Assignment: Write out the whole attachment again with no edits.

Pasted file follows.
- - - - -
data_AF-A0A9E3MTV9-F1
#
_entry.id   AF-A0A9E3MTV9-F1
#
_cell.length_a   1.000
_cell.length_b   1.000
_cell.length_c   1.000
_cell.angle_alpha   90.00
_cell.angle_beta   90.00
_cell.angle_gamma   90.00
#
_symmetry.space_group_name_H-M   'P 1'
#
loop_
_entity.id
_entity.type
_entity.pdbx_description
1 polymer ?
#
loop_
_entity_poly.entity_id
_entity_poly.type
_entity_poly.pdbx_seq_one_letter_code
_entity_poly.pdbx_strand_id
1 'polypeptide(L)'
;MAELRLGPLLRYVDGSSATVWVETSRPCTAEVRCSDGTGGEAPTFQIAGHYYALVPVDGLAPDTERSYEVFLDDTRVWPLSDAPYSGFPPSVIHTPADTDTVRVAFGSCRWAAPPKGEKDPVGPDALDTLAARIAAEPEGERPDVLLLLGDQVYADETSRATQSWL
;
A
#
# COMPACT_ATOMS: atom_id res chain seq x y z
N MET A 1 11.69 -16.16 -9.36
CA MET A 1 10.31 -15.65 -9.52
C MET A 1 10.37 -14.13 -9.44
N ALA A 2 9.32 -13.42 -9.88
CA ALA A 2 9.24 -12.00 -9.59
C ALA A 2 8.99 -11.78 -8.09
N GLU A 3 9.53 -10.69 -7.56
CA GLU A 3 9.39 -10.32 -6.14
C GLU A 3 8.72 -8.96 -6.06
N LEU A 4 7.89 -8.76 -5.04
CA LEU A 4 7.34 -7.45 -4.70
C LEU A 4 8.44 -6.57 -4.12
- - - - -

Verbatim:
data_AF-A0A9E3MTV9-F1
#
_entry.id   AF-A0A9E3MTV9-F1
#
_cell.length_a   1.000
_cell.length_b   1.000
_cell.length_c   1.000
_cell.angle_alpha   90.00
_cell.angle_beta   90.00
_cell.angle_gamma   90.00
#
_symmetry.space_group_name_H-M   'P 1'
#
loop_
_entity.id
_entity.type
_entity.pdbx_description
1 polymer ?
#
loop_
_entity_poly.entity_id
_entity_poly.type
_entity_poly.pdbx_seq_one_letter_code
_entity_poly.pdbx_strand_id
1 'polypeptide(L)'
;MAELRLGPLLRYVDGSSATVWVETSRPCTAEVRCSDGTGGEAPTFQIAGHYYALVPVDGLAPDTERSYEVFLDDTRVWPLSDAPYSGFPPSVIHTPADTDTVRVAFGSCRWAAPPKGEKDPVGPDALDTLAARIAAEPEGERPDVLLLLGDQVYADETSRATQSWL
;
A
#
# COMPACT_ATOMS: atom_id res chain seq x y z
N MET A 1 11.69 -16.16 -9.36
CA MET A 1 10.31 -15.65 -9.52
C MET A 1 10.37 -14.13 -9.44
N ALA A 2 9.32 -13.42 -9.88
CA ALA A 2 9.24 -12.00 -9.59
C ALA A 2 8.99 -11.78 -8.09
N GLU A 3 9.53 -10.69 -7.56
CA GLU A 3 9.39 -10.32 -6.14
C GLU A 3 8.72 -8.96 -6.06
N LEU A 4 7.89 -8.76 -5.04
CA LEU A 4 7.34 -7.45 -4.70
C LEU A 4 8.44 -6.57 -4.12